Physics Personal Statement
Since the Big Bang billions of years ago, fundamental particles, atoms and molecules have never stopped interacting and so eventually formed the present cosmological system. Without the presence of the four fundamental forces, this Universe could never have existed. From “A Brief History of Time” by Stephen Hawking, I know about how fundamental particles drifting around in chaos eventually joined, systematically forming the present Universe. I am interested in what the Universe will be like one day: infinitely large, staying constant in equilibrium, or ending up in a big crunch? My keenness to find out why has been the reason for my choosing to study Astrophysics.
Along with Astrophysics, I find Particle Physics very absorbing. The interactions of elementary particles due to the four fundamental forces intrigue me. Reading “Warped Passages” by Lisa Randall, has told me about how force carriers, which exchange forces during interactions, and how, amazingly, the string theory, if experimentally confirmed, unifies general relativity, quantum mechanics and particle physics, giving hope to the ultimate dream of every physicist: the Theory of Everything. These are entirely new concepts so different from the basic knowledge I learned in AS Physics. The immense amount of complex calculations and the application of quantum theory and string theory make it challenging to master. However, that is why I love it as I enjoy facing problems and overcoming them. Upon my graduation, I believe I will be equipped with the abilities to solve these problems and devote myself to scientific research.
Mathematics has always been the 'best friend' of physics; it helps to solve many sophisticated physics problems that would otherwise be insoluble in four dimensions. For example, vectors and matrices have made great contributions to calculations in higher dimensions. In “Warped Passages”, I was impressed by Lisa Randall's enlightening suggestion that the feeble gravitational force could be very strong in a higher dimension. Were mathematics not involved in the process, physicists would find it impossible to derive such a theory. Therefore, I chose to study Further Mathematics together with Physics at A-level. I was awarded the Gold Award in the Senior Mathematics Challenge 2007 and won the Outstanding Performance Award in the Mathematics Project Competitions for Secondary Schools 2002-03 organised by the Education and Manpower Bureau of the HKSAR. My project was about producing a calendar for every planet in the solar system.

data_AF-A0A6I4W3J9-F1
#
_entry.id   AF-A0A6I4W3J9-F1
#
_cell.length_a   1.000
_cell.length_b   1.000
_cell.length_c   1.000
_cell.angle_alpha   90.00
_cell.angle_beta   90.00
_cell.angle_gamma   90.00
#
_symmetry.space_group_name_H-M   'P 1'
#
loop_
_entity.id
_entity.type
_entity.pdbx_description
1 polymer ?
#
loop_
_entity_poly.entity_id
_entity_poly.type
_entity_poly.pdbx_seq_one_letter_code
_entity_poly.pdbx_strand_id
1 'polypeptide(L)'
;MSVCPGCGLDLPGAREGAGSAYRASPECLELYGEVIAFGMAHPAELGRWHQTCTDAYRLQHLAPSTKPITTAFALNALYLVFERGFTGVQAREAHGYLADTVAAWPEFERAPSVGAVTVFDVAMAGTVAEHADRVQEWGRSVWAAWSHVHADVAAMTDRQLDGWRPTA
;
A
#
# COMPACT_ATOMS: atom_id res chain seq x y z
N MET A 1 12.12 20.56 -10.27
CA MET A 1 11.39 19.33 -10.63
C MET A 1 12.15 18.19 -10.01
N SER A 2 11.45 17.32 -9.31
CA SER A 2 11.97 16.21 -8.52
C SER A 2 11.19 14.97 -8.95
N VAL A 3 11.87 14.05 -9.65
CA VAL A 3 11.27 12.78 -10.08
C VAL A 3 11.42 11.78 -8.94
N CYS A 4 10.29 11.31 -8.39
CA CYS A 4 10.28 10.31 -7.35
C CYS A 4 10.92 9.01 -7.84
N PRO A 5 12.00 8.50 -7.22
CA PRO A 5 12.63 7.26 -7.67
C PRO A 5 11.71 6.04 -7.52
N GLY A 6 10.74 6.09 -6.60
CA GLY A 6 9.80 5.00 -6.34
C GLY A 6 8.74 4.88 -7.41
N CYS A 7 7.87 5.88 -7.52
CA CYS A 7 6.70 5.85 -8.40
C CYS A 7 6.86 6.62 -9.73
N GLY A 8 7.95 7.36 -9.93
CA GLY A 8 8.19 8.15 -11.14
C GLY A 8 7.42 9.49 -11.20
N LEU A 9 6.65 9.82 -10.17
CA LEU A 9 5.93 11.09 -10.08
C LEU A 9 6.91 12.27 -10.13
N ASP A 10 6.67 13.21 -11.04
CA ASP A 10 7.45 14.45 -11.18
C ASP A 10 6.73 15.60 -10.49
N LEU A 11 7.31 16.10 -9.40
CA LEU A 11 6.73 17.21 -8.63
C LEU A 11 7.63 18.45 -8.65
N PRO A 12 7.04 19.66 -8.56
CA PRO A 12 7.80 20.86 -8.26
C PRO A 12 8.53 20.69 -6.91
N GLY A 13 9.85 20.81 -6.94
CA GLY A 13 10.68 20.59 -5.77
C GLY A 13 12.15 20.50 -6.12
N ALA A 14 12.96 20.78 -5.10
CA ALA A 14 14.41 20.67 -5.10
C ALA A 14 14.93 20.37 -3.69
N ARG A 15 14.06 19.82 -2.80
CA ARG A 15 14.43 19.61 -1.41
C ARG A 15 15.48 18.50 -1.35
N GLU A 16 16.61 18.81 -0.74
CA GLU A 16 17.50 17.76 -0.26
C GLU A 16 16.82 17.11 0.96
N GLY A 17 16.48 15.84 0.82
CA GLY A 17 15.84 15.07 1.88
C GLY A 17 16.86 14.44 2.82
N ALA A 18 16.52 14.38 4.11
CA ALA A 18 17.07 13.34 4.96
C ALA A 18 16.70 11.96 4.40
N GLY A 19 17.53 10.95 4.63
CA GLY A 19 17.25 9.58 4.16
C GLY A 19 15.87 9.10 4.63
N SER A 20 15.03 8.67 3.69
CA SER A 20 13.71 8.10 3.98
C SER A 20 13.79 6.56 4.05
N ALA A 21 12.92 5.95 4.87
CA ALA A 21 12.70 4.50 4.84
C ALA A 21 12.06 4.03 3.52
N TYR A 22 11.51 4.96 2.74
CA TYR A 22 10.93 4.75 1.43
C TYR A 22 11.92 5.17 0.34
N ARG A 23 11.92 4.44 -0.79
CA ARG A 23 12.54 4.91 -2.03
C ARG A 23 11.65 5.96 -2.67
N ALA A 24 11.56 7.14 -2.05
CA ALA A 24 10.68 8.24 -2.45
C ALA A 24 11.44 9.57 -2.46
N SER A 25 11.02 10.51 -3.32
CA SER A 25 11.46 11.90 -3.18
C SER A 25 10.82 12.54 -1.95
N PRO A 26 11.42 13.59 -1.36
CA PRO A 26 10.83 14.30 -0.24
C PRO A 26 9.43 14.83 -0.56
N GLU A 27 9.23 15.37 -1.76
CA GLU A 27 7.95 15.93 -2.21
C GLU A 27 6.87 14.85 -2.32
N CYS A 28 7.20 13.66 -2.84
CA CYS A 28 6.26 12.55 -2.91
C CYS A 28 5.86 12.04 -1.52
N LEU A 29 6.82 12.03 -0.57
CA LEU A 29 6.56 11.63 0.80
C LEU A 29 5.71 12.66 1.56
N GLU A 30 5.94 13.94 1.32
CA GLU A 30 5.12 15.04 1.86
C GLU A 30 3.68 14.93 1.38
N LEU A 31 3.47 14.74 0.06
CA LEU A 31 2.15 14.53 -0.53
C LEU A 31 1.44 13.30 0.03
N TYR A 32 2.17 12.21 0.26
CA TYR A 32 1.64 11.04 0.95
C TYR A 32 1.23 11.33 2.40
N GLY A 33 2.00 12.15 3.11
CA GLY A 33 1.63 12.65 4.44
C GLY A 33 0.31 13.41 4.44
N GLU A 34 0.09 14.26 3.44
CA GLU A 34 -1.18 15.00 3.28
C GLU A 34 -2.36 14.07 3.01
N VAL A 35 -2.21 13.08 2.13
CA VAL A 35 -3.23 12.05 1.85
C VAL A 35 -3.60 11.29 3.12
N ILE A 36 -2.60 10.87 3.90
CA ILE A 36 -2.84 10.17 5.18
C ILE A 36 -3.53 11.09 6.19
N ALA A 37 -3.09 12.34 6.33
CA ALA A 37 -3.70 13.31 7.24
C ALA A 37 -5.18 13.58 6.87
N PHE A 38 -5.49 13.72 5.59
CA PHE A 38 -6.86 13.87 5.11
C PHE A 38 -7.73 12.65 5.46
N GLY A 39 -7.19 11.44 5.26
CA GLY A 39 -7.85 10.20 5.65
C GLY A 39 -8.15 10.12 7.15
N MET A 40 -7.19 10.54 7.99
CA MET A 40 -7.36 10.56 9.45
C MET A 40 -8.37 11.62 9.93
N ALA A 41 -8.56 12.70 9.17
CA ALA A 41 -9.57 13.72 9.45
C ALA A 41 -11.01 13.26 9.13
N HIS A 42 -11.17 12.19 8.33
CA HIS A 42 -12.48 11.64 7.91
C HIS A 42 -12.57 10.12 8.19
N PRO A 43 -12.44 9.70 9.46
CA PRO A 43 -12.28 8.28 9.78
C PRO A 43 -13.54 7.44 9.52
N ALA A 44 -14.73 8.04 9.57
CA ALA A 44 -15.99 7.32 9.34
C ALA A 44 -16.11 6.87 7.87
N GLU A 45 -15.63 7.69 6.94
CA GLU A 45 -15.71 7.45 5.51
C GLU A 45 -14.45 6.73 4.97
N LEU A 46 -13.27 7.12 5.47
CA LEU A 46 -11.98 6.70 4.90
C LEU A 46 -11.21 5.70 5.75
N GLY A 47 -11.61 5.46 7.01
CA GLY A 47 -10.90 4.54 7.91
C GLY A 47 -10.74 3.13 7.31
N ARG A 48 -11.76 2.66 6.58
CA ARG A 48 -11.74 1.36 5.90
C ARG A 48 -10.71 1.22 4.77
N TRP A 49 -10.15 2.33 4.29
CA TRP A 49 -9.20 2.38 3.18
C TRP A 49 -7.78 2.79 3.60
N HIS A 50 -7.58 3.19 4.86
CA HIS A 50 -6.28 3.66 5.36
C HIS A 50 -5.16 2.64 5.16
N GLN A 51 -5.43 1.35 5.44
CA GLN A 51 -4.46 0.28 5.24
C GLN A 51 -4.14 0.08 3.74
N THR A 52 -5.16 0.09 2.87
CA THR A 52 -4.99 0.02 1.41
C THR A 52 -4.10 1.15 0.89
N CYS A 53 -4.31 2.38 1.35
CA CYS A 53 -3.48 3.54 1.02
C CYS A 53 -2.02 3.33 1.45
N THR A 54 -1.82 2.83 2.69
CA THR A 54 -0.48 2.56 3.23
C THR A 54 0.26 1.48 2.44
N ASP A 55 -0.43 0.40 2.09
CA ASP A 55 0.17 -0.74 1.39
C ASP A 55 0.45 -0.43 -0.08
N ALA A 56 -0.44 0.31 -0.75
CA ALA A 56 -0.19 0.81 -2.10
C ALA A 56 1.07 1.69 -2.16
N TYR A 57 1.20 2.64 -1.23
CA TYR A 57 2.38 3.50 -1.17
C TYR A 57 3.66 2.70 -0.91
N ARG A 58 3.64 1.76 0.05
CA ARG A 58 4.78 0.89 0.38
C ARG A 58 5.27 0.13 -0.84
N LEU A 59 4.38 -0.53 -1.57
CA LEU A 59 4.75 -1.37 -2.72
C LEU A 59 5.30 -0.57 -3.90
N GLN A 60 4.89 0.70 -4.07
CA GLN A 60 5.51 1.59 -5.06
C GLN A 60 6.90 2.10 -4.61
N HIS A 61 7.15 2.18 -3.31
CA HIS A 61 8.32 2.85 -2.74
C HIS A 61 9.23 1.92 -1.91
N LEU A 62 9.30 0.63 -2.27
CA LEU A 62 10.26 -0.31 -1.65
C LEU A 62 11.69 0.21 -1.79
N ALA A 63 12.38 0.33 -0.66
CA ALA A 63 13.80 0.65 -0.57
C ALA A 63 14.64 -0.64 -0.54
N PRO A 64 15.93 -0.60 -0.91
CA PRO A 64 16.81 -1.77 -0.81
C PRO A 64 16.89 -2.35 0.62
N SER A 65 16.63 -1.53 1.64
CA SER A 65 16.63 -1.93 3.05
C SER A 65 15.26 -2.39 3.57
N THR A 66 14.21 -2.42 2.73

Apart from focusing on my academic studies, I have been a member of a Young Enterprise company as the Human Resources Director and participated in the Duke of Edinburgh's Scheme Gold Award. These activities have improved my teamwork and leadership skills and provided me with chances to socialise with local students. To broaden my scope, I joined the Physics and Astronomy Summer School in July 2007, organised by the University of Southampton. It gave me a flavour of what Physics at university is like. In summer 2004, I joined a 5-day course organized by the NASA John F. Kennedy Space Centre, which told me about the current space technology and advancements. In my former school, I accepted many responsibilities, most notably as prefect, mentor of the Guidance Club and Chairman of the community Youth Club. At present, I am a librarian at school. After having experienced a year of boarding life, I am looking forward to a more independent life at university.
This personal statement was written by marcolam for application in 2008.
Cam Nat Sci
IC Theoretical Physics
Warwick Maths and Physics
Southampton Physics and Astronomy
Reading Maths and Meteorology